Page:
5 ways PR interns can use their experiences to secure coveted positions

Turn your internship into the first job of your career with these insights and tips.


Though it’s not the norm, turning an internship into a full-time job isn’t out of reach.

Each summer we have interns bustling about our agency, all craving to explore the world of public relations in Chicago. Some of our most dedicated and longest-tenured employees started as interns.

Want to launch your career by securing a coveted PR position? All you have to do is be a stand-out intern by following these tips:

1. Honor the commitment.

Internships are hard to come by, and can provide valuable experience.

Organizations get hundreds of applications for internship positions. Heron Agency received more than 600 applications to fill five or six intern positions this summer. If you accept an internship and then back out, there are plenty of eager people who would have killed for the opportunity that won’t get the experience to appreciate and learn.

Take it seriously.

Even if it ends up not being exactly what you want to do with your life, it is important to not burn bridges, especially in PR, when you never know who knows whom and where it might be important in the future. If you secure an internship, show you care by being early. Make it known that you truly care about the work you are doing.

2. Ask for feedback.

Internships are meant to be learning experiences. Employers don’t expect you to know everything or be perfect all the time. Feedback is a natural part of learning. It doesn’t go away, even as you rise through the ranks during your career.

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Even the best writers receive edits and suggestions from others. Feedback helps you learn how to improve and avoid similar mistakes. It also helps everyone create the best possible product, whether that be a Facebook post, press release or client email.

3. Ask for more.

You only have three or four months to make an impression and learn as much as you can.

When you finish your tasks, don’t assume the full-time team doesn’t have any work for you. Ask if there is anything else that must be done, or take initiative and fill in gaps that you see, such as updating a media list or refilling the refrigerator with waters for the next meeting.

Are you not getting to touch projects where your talents can shine or work on something you’ve always wanted to do? Ask! Interns are often expected to be just as busy and valuable to the team as every full-time employee. Plus, others in the office will appreciate your initiative, intelligence—not to mention having less responsibility on their own plates.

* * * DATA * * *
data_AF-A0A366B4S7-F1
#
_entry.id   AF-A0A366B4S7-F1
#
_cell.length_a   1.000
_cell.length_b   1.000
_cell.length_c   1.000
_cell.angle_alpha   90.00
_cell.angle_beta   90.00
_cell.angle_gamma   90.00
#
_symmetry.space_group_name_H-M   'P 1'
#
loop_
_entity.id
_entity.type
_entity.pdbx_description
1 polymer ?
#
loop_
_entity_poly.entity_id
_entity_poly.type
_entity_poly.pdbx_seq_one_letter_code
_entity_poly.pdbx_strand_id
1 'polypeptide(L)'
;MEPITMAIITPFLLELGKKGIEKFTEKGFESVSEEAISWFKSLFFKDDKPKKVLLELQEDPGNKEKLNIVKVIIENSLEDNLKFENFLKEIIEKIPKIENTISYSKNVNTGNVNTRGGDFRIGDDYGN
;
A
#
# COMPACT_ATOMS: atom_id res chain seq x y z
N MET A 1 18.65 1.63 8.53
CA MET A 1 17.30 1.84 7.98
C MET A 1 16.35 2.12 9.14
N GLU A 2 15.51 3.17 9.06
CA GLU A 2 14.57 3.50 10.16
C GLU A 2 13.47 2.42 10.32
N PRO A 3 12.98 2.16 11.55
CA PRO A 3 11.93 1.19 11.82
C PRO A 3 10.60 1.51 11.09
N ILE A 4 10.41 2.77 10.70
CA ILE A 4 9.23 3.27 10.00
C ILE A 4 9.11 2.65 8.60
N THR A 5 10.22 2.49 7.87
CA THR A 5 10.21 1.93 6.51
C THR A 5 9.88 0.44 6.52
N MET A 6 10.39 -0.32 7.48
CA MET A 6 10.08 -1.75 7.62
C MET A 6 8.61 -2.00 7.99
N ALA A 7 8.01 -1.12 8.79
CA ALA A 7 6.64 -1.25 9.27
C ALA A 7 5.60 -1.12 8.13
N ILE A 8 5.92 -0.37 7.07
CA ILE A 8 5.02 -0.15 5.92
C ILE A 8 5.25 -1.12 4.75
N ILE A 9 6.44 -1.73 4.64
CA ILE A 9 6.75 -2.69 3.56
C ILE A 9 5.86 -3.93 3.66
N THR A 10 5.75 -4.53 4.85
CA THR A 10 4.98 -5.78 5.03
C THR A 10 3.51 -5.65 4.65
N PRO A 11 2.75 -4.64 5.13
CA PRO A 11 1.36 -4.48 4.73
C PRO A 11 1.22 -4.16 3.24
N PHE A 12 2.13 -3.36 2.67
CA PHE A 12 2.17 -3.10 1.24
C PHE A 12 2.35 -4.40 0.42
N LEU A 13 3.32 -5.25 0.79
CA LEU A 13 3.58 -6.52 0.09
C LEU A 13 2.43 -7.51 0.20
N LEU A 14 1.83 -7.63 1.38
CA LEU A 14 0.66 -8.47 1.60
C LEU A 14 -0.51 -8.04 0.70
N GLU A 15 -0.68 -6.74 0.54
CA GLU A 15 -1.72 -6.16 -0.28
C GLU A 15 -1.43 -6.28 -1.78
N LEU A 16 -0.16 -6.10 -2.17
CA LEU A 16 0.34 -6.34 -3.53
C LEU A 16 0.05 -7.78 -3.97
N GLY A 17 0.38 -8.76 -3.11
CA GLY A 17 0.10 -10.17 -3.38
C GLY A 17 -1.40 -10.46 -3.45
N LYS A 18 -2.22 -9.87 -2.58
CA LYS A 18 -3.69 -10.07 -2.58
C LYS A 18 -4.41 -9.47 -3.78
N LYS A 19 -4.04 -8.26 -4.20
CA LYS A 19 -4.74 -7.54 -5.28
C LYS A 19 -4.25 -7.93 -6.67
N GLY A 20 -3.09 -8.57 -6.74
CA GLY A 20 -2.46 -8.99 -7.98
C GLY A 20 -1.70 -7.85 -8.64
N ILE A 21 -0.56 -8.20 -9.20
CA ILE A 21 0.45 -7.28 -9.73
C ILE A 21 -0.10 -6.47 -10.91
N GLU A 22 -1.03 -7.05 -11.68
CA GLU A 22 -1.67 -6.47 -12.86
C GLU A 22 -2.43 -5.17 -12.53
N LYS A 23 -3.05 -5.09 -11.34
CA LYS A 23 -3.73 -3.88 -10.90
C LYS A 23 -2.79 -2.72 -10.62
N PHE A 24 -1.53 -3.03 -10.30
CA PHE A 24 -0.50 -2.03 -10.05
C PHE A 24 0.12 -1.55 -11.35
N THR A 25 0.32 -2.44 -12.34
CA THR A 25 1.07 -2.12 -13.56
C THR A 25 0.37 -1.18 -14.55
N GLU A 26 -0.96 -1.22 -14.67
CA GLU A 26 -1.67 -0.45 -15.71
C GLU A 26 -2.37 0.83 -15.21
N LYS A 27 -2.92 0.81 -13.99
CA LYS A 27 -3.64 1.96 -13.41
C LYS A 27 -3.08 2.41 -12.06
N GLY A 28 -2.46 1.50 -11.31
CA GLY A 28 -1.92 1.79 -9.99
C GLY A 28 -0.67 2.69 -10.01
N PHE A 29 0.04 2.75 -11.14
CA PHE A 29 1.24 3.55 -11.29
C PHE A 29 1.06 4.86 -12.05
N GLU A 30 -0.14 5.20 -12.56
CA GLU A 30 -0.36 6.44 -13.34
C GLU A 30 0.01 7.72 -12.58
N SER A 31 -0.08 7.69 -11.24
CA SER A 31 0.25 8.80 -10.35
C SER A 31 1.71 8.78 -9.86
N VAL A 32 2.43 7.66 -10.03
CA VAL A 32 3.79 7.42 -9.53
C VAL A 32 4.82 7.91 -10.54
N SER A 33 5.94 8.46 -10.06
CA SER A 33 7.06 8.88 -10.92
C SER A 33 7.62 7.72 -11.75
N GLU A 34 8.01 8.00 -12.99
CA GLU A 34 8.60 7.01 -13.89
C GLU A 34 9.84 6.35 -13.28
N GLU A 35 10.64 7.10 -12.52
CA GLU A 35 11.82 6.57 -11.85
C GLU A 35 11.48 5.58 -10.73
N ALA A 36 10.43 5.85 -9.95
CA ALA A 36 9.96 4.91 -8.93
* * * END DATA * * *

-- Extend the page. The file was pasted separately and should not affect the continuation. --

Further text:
4. Be personable.

Make a point to talk to your colleagues as people, not just other PR pros. They have friends, pets, kids and lives outside of the office. Chat about “The Bachelorette” and hot Chicago summers, or share a funny thing that happened to you on the way to work to help you know the team.

Be friendly and personable with those above you in the organization, not just your fellow interns. Doing so can build a strong relationship for a possible future position, or you might find yourself a long-term mentor. People like hiring authentic people, so be your best self.

5. Don’t hold back.

If you know the answer to the president of the organization’s question about what time a meeting is or how to spell the name of a certain reporter, speak up.

Knowing the ins and outs of an organization’s clients, schedules and day-to-day business helps you look prepared. Do you have a new idea that could help the organization’s social media channels or operations? Tell your leaders. Great organizations value interns’ thoughts, suggestions and talents as much as full-time team members—otherwise they wouldn’t have hired you to help.

Don’t hold back knowledge or thoughts that might be welcomed or appreciated by your colleagues. Put your creativity out there, because you never know what might get used.

What tips would you share with young PR pros and students looking to make a splash in the industry?

Megan Gasper is a publicist for Heron Agency. A version of this article originally appeared on the firm’s blog.

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Topics: PR

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